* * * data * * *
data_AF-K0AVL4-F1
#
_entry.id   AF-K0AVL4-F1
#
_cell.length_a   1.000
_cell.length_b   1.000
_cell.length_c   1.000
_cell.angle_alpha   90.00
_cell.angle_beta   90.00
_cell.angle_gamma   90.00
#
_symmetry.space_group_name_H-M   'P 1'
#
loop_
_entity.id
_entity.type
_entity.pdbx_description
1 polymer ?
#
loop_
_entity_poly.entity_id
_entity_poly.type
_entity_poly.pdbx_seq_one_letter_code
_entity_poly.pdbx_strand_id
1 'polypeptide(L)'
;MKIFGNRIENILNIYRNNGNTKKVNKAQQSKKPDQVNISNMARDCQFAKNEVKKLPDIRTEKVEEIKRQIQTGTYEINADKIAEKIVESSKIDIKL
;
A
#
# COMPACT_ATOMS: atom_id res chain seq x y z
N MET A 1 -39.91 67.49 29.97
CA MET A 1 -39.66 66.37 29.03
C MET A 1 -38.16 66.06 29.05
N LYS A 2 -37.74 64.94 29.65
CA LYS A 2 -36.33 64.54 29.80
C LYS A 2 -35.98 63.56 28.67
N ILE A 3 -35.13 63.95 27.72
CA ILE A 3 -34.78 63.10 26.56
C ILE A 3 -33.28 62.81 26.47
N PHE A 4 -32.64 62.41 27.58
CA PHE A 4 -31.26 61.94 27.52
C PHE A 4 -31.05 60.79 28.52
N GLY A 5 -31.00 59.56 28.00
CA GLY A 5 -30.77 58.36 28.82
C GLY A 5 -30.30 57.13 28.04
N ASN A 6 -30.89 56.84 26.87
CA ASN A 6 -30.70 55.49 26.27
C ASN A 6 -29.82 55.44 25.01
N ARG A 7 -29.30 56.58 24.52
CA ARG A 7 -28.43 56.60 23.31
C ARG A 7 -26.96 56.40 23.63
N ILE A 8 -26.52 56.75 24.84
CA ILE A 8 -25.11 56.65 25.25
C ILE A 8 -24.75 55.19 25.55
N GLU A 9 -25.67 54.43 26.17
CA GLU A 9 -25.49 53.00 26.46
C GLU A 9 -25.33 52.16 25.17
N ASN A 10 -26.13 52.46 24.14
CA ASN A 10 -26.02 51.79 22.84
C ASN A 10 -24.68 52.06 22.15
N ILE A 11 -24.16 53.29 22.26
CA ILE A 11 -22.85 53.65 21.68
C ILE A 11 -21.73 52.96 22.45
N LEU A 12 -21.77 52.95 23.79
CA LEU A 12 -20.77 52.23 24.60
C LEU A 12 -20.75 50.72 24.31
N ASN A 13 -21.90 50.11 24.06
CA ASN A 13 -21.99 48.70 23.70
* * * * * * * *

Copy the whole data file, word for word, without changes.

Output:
data_AF-K0AVL4-F1
#
_entry.id   AF-K0AVL4-F1
#
_cell.length_a   1.000
_cell.length_b   1.000
_cell.length_c   1.000
_cell.angle_alpha   90.00
_cell.angle_beta   90.00
_cell.angle_gamma   90.00
#
_symmetry.space_group_name_H-M   'P 1'
#
loop_
_entity.id
_entity.type
_entity.pdbx_description
1 polymer ?
#
loop_
_entity_poly.entity_id
_entity_poly.type
_entity_poly.pdbx_seq_one_letter_code
_entity_poly.pdbx_strand_id
1 'polypeptide(L)'
;MKIFGNRIENILNIYRNNGNTKKVNKAQQSKKPDQVNISNMARDCQFAKNEVKKLPDIRTEKVEEIKRQIQTGTYEINADKIAEKIVESSKIDIKL
;
A
#
# COMPACT_ATOMS: atom_id res chain seq x y z
N MET A 1 -39.91 67.49 29.97
CA MET A 1 -39.66 66.37 29.03
C MET A 1 -38.16 66.06 29.05
N LYS A 2 -37.74 64.94 29.65
CA LYS A 2 -36.33 64.54 29.80
C LYS A 2 -35.98 63.56 28.67
N ILE A 3 -35.13 63.95 27.72
CA ILE A 3 -34.78 63.10 26.56
C ILE A 3 -33.28 62.81 26.47
N PHE A 4 -32.64 62.41 27.58
CA PHE A 4 -31.26 61.94 27.52
C PHE A 4 -31.05 60.79 28.52
N GLY A 5 -31.00 59.56 28.00
CA GLY A 5 -30.77 58.36 28.82
C GLY A 5 -30.30 57.13 28.04
N ASN A 6 -30.89 56.84 26.87
CA ASN A 6 -30.70 55.49 26.27
C ASN A 6 -29.82 55.44 25.01
N ARG A 7 -29.30 56.58 24.52
CA ARG A 7 -28.43 56.60 23.31
C ARG A 7 -26.96 56.40 23.63
N ILE A 8 -26.52 56.75 24.84
CA ILE A 8 -25.11 56.65 25.25
C ILE A 8 -24.75 55.19 25.55
N GLU A 9 -25.67 54.43 26.17
CA GLU A 9 -25.49 53.00 26.46
C GLU A 9 -25.33 52.16 25.17
N ASN A 10 -26.13 52.46 24.14
CA ASN A 10 -26.02 51.79 22.84
C ASN A 10 -24.68 52.06 22.15
N ILE A 11 -24.16 53.29 22.26
CA ILE A 11 -22.85 53.65 21.68
C ILE A 11 -21.73 52.96 22.45
N LEU A 12 -21.77 52.95 23.79
CA LEU A 12 -20.77 52.23 24.60
C LEU A 12 -20.75 50.72 24.31
N ASN A 13 -21.90 50.11 24.06
CA ASN A 13 -21.99 48.70 23.70